The Indian auto industry could face major demand challenges with COVID-19 lockdown expected to dent the economy, says Society of Indian Automobile Manufacturers (Siam).

 

The auto sector was already facing challenges since 2019. But 2020 was marred with production cuts, diminishing sales and financial constraints further impacting the industry, states Siam. Many dealerships and operating facilities in India remain shut effective March 24. Operations are likely to resume after May 3 when the lockdown lifts. The domestic passenger vehicle sales have halved in March from the prior period as reported by Davis Index.

The auto sector is a major consumer of zinc and lead among other metals. Market participants have been concerned over the sluggish auto sector which is directly impacting zinc and lead markets. 

 

Demand for lead scrap, which is used in the production of lead batteries remains hit with most battery manufacturers remaining shut. A major producer, Amara raja batteries, however, has recently resumed partial operations which could give a boost to the scrap market in the near term. Scrap yards and sellers remain shut at present, but it is believed prices and demand for scrap could rise, supported by battery manufacturers’ demand for lead ingots.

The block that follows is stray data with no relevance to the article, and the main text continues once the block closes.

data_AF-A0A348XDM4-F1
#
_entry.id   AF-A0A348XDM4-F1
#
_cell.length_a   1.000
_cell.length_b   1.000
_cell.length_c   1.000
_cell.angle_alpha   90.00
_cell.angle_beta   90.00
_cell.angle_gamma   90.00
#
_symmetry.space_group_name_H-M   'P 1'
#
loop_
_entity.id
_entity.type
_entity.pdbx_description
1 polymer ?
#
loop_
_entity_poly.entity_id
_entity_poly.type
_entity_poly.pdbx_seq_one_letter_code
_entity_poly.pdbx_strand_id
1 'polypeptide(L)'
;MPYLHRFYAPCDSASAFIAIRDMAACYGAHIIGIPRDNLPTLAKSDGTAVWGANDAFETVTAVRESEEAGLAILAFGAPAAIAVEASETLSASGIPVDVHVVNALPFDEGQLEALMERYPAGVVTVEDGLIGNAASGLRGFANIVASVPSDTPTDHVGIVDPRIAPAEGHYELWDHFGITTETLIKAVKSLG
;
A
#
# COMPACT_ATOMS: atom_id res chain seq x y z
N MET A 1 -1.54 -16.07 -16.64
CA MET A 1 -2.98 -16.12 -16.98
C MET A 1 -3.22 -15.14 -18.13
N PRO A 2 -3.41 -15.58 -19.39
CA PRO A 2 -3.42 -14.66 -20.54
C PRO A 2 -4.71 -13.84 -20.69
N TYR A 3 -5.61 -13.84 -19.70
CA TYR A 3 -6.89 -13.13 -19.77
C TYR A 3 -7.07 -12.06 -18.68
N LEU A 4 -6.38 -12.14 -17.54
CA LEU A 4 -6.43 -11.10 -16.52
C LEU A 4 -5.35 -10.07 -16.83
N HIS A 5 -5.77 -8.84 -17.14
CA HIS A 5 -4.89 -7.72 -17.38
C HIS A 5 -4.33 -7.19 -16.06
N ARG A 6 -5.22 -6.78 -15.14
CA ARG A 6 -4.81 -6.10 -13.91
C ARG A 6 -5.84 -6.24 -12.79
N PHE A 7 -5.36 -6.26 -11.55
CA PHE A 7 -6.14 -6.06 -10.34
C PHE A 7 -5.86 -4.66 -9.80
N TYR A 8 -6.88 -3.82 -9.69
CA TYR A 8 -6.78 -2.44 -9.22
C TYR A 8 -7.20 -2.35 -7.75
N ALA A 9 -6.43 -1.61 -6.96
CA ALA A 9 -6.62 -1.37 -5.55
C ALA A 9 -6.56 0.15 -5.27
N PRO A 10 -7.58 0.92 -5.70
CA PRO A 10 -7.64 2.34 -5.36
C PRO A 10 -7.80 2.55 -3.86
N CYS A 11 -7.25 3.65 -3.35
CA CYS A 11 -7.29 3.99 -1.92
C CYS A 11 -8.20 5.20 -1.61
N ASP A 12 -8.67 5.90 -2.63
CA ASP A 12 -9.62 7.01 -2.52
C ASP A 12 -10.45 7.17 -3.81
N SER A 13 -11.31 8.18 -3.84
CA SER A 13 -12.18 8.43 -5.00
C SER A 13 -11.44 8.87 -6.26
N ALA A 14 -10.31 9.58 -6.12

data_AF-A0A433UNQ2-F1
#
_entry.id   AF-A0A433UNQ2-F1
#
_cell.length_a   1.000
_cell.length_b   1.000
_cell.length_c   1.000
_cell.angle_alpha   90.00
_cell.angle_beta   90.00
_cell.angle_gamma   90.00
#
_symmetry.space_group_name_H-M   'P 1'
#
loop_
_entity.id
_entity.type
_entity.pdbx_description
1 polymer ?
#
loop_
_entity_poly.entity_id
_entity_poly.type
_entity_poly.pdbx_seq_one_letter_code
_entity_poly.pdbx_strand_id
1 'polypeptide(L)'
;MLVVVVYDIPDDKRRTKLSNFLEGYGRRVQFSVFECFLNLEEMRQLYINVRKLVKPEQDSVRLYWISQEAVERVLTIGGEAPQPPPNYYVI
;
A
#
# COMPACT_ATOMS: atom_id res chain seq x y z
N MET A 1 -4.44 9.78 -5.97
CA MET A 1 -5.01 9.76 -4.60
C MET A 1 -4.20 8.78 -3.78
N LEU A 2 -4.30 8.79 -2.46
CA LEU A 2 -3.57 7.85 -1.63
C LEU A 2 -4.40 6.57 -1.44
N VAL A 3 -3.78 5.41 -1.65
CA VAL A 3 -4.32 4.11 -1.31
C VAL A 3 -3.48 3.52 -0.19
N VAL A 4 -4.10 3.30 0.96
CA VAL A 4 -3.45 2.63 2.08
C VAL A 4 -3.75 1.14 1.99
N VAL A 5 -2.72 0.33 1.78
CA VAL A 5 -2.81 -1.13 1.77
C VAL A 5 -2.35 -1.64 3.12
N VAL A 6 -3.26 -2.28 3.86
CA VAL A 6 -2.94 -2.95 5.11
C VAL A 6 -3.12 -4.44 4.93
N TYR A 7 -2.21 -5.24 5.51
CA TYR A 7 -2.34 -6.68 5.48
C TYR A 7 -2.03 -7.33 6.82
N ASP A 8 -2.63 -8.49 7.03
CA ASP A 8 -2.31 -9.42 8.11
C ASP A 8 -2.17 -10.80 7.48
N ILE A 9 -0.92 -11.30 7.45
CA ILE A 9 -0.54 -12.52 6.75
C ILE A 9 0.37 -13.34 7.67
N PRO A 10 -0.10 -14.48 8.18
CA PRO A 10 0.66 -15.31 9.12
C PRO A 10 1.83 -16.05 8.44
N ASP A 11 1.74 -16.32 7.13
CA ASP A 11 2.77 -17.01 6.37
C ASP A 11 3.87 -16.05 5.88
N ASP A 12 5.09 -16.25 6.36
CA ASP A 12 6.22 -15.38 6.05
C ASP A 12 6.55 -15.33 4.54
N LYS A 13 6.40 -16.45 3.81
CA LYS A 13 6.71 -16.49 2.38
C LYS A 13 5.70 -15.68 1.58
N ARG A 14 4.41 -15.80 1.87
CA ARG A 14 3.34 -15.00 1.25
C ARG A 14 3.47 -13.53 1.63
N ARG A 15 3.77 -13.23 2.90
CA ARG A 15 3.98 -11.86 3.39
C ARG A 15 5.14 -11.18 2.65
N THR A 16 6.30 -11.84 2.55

Tyre manufacturers are drivers of consumption for zinc oxide manufactured from zinc dross. But tyre companies have been grappling with stockpiling even before the lockdown. In early March, these companies had curtailed production by almost 50pc due to sluggish demand. With no raw material at hand, these companies await for markets to re-open to inventories before commencing production. Other sectors which use lead include cable sheathing, lead pipes and manufacture of ammunition. Zinc downstream industries include pharmaceuticals, paint manufacturing, ceramics making among others. Still, the auto sector remains a major consumer influencing lead and zinc markets.

 

 Market participants believe that economy could take several months to return to normalcy as there would be supply gaps in the chain and auto sector recovery will be slow, which was also expressed by Siam. 

Leave a Reply

Your email address will not be published.